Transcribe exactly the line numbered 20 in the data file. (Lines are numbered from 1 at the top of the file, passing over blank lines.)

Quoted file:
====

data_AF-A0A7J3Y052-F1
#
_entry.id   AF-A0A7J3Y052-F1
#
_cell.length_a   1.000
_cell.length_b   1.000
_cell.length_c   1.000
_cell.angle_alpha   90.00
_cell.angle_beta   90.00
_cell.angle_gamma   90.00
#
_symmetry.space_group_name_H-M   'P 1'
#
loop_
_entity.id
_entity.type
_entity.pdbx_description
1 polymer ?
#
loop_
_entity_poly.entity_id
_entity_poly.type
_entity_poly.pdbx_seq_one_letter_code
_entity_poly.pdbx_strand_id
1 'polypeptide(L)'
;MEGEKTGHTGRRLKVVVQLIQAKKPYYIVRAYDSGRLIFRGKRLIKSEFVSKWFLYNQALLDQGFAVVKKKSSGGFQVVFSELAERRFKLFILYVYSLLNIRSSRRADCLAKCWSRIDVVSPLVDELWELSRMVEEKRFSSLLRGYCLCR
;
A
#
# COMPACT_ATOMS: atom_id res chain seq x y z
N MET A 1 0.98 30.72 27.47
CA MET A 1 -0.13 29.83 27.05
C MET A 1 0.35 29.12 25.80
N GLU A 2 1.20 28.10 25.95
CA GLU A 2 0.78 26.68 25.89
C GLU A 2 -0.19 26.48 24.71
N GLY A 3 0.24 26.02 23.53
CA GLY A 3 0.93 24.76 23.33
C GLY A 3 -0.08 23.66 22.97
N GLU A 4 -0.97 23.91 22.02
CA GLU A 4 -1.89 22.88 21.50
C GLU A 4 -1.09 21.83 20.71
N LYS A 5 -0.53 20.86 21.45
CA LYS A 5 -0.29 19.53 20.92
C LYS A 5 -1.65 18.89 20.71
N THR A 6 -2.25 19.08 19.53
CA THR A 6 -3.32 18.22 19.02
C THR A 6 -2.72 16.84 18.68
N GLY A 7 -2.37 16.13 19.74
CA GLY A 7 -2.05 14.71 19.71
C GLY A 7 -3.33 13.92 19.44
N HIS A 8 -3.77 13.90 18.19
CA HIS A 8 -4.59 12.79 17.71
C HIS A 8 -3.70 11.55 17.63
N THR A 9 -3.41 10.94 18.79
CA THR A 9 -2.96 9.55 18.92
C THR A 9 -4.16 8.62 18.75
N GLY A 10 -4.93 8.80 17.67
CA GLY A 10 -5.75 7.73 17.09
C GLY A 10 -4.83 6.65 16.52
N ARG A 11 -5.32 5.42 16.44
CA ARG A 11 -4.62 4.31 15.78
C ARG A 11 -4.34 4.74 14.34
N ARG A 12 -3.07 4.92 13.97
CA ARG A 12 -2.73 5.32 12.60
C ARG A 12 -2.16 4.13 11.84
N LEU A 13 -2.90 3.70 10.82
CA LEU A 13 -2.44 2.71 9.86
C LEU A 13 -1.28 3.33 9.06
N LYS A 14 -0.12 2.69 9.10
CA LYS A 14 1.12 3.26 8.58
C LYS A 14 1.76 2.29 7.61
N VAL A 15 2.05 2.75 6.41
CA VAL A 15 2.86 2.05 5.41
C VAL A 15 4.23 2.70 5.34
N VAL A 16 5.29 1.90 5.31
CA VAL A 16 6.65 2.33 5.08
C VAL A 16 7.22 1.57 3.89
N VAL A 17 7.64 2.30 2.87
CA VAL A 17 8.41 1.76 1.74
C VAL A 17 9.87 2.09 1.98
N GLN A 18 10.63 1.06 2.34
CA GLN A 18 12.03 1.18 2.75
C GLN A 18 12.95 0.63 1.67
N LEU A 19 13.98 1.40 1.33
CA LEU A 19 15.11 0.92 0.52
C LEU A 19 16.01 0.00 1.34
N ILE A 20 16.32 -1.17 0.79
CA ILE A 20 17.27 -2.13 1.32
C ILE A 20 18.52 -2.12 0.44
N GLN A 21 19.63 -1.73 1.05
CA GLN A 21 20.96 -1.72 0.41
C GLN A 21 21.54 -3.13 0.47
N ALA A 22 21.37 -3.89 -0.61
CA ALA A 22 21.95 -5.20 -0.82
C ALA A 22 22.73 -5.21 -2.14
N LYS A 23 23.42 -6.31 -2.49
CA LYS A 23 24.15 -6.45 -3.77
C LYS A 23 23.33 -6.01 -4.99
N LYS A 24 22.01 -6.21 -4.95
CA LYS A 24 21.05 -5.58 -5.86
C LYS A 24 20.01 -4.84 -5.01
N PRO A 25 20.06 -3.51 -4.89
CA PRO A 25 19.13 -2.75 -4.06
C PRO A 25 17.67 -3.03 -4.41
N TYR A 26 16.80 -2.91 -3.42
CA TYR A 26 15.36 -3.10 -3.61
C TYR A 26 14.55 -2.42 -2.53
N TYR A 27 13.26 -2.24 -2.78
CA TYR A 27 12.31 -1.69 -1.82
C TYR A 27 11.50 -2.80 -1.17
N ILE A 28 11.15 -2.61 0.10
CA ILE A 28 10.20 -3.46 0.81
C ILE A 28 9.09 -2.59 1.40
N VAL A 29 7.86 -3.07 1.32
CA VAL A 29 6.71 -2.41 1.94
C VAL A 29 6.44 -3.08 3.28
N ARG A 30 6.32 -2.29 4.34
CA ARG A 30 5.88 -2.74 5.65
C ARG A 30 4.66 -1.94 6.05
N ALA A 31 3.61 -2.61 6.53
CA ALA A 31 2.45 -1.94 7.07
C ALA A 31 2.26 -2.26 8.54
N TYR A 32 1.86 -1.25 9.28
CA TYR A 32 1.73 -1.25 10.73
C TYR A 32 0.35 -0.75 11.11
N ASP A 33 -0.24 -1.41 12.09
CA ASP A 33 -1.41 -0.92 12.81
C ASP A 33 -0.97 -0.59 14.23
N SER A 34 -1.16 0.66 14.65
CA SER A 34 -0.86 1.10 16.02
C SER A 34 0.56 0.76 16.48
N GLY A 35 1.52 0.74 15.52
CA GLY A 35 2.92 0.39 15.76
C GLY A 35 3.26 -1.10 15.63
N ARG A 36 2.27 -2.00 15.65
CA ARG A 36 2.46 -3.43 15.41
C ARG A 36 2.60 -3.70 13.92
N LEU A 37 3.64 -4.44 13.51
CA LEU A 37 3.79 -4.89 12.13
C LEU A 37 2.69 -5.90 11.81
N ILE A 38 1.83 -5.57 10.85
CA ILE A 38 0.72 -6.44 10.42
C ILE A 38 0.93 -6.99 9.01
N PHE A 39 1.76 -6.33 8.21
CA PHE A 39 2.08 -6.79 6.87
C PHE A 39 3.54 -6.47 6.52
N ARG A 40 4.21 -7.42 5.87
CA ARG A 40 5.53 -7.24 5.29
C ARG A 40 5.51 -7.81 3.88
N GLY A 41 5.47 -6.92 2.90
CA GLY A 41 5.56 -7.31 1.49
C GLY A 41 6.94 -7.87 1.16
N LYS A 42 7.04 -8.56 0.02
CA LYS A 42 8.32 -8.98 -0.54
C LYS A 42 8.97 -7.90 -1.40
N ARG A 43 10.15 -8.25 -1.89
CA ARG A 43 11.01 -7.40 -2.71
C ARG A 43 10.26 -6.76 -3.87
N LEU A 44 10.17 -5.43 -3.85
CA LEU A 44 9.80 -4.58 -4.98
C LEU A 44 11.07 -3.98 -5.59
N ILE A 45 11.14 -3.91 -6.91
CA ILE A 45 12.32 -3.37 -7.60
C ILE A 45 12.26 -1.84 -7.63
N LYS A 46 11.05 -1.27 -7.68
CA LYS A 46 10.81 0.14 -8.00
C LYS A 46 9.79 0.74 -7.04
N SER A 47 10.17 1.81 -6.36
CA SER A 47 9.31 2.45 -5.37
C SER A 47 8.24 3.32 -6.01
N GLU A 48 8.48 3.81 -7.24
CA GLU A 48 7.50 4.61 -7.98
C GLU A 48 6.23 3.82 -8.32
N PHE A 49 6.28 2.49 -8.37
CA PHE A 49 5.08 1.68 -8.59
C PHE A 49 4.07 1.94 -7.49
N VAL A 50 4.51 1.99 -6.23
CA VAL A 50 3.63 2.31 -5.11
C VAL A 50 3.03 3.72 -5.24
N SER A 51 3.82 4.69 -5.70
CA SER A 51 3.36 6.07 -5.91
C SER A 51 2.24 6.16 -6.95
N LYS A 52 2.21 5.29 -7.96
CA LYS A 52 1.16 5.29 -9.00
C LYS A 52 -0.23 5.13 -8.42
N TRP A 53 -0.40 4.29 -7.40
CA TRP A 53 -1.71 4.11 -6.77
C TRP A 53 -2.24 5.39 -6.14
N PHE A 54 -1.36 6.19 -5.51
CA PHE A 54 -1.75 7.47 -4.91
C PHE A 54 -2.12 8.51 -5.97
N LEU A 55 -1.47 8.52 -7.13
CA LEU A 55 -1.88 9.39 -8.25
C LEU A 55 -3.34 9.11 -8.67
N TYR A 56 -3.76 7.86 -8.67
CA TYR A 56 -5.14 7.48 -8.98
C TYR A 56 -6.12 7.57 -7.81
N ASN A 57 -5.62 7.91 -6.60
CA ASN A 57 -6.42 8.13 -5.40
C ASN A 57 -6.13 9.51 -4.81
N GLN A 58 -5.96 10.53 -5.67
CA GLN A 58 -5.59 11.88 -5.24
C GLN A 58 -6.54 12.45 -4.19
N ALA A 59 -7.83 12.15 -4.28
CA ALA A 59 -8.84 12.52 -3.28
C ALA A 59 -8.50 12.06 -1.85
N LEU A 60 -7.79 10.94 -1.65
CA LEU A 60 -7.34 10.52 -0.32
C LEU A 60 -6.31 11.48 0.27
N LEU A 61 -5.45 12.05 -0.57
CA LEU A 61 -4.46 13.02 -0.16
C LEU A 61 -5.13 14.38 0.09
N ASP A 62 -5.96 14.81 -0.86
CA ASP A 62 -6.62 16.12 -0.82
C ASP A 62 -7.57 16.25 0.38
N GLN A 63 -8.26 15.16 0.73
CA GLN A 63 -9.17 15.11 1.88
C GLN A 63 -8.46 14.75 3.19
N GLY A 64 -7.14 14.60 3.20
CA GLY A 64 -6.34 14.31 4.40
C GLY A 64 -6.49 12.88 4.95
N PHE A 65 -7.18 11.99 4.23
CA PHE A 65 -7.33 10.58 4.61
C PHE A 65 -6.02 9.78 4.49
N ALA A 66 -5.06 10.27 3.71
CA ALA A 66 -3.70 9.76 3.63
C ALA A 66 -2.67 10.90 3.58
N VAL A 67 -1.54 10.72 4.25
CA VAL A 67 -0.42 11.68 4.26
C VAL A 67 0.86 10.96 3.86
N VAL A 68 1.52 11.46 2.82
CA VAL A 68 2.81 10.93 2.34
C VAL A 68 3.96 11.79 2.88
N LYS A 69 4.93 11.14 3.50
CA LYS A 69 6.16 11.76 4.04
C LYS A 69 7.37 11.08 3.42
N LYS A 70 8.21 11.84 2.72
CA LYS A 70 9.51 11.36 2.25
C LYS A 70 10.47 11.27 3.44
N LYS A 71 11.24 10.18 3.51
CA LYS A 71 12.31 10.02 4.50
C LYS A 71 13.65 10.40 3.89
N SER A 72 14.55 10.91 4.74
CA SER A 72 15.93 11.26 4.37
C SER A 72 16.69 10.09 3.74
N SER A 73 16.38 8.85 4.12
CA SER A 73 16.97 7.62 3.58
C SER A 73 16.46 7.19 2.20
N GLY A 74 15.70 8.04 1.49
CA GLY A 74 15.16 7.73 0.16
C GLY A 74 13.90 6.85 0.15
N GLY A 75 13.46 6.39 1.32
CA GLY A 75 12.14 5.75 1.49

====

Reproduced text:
loop_